Recently, a fellow investor and trader asked me the following question:
“I don’t want to trade any longer. It’s not that I don’t have time as I am retired and have all the time in the world. But just lately, I have been giving up everything that I am making, and sometimes more. I understand why this is happening and its all due to the volatility. I have a plan and that plan is based on Tasty trade style of trading but doesn’t seem to work right now and so I am fed up. I want to make 1.5% per month, or about 18% per annum. Is that too much to ask for? I think I can get by with 1% per month (12% per annum) as all it will mean is that I inject more capital in my account. With this modified requirement, I think I can get away by looking at the screen less frequently than I am doing now, what do you think? I am thinking of spending few hours a week, if that’s going to enough but it would have to be a strategy that does not require me to “trade”.”
Here is what I think can be a great strategy for this investor and everyone who wants to boost their income but not to trade:
It will be difficult to achieve 12% or 18% annually from passive investing only. For this reason, you should not give up on trading but adjust it to make it super safe during this market.
But, to provide a meaningful advice I would need to know your situation and goals or plans such as:
1) How much money you have?
2) How long can you have them invested?
3) Do you need them in any short term period of time?
4) What do you plan to achieve with that investment – stream of income, accumulate more, preserve capital, etc.?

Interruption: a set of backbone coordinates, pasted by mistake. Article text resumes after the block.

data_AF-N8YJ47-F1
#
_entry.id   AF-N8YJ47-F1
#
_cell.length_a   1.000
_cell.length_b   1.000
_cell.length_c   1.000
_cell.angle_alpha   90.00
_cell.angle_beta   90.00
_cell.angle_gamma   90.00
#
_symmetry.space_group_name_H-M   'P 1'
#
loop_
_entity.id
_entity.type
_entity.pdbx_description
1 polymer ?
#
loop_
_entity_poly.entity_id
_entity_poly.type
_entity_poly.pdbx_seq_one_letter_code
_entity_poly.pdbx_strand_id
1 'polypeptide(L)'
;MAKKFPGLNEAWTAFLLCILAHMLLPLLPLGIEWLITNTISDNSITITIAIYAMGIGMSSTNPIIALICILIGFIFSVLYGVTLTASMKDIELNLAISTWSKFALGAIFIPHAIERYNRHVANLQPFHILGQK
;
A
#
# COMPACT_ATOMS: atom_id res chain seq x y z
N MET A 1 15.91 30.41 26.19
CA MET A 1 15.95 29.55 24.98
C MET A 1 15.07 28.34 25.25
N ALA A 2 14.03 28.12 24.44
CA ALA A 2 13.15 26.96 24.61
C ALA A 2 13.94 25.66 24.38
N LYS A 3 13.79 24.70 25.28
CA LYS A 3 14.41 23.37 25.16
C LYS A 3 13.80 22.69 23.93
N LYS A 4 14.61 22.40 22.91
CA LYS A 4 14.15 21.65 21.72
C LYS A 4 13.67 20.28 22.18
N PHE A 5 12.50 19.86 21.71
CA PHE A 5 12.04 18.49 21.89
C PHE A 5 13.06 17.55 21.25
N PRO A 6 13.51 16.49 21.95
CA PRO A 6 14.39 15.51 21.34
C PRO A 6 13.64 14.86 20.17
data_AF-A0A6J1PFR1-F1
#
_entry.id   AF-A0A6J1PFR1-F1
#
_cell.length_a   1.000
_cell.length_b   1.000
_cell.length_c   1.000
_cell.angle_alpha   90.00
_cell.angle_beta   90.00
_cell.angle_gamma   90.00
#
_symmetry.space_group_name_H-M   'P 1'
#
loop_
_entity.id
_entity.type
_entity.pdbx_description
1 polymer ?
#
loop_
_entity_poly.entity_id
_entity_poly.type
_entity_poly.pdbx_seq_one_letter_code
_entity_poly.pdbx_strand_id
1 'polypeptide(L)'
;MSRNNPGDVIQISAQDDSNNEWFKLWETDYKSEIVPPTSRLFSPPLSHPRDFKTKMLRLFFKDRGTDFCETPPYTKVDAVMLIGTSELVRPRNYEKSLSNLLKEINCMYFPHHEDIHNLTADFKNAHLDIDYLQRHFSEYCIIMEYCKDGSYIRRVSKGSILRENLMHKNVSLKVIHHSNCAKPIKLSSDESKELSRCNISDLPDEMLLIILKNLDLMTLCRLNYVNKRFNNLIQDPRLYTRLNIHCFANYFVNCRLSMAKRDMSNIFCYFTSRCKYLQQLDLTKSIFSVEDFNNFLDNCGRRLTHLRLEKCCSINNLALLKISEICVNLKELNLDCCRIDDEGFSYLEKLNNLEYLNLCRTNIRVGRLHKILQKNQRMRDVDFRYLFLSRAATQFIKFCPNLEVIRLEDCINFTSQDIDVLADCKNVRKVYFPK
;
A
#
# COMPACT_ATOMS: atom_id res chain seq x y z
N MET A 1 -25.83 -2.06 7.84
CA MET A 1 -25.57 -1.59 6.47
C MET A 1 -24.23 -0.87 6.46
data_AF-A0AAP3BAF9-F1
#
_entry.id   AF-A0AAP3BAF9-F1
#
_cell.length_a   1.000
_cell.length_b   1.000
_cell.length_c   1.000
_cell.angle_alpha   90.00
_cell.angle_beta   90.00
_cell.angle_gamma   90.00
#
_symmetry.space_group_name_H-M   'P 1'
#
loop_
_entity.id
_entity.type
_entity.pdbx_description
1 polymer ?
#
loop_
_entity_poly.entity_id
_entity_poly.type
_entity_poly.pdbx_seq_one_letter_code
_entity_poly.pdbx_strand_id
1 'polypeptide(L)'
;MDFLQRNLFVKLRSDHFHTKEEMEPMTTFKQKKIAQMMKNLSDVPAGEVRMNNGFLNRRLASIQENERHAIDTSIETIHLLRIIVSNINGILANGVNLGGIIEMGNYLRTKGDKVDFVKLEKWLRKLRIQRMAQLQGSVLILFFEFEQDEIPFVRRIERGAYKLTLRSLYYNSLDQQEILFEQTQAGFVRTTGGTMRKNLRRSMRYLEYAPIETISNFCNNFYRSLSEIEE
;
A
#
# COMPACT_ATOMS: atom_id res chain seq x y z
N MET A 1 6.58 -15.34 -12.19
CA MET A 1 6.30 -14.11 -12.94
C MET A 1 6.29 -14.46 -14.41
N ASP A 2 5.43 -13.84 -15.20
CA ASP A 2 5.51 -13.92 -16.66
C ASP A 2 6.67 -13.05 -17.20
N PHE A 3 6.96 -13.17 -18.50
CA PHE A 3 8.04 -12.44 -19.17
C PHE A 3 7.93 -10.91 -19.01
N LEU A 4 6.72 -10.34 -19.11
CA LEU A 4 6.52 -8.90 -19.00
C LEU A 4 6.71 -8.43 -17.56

5) What are your trading expenses (commissions and fees)?
Also, I am not an investment adviser so take this for educational purposes and you still need to do your own work and decision and take responsibility for those decisions.
Let’s assume that you have enough money to invest (for example $50,000) and you want to accumulate, preserve capital, and after 10 years of accumulating, use income stream from dividends and options only while leaving your accumulated principal untouched. Let’s also assume you have an account with TastyWorks so your commission is $1.50 for options and $5 for stocks. Of course, this assumption can be shaped based on your needs and real account trading power but let’s use these assumptions for the sake of example only.
This assumption is pretty much inline with my own goals and although I have aggressive trades, you can omit them and use a super safe trading only.
I still would recommend basing your trading on dividend stocks. They are huge companies, lazy in volatile market (usually), they pay dividends, and if you get assigned, you will be OK holding them for some time because you will get paid to do so.
To choose the dividend stocks, you can use my watch list on my blog or create your own.
Then pick only stocks which are highlighted in green and trade them.
I recommend picking and trading options, as described below, only against the stocks highlighted in green as these are trading under my calculated fair value. If the stock price goes lower and you get assigned, you are guaranteed buying for a good price and recovery will be faster and most likely happen (there is at least >50% chance) so you will not end up holding the proverbial bag.
If your account is only $50,000 as in our example, be slow and conservative. Pick less priced stocks such as ABBV, AWK, BAC, BMY, CAH, etc.
· Simple put selling – picking up crumbs
Once you pick a stock, sell a naked (or cash secured) put option against that stock. Choose 20 to 45 DTE and find a bid price at 0.10 per contract or less. Most of the time you will be able to sell the put for 0.10 or 0.15 credit. You can go as low as 0.05 credit (this however works best for large accounts).
But here comes an important thing: You do this (sell naked puts) only against stocks you want to buy! You must look at selling the put as that you are buying the stock.
This is an absolute MUST! If you are going to sell a put against a stock you in fact do not want or even do not have money to purchase, then DO NOT SELL THAT PUT!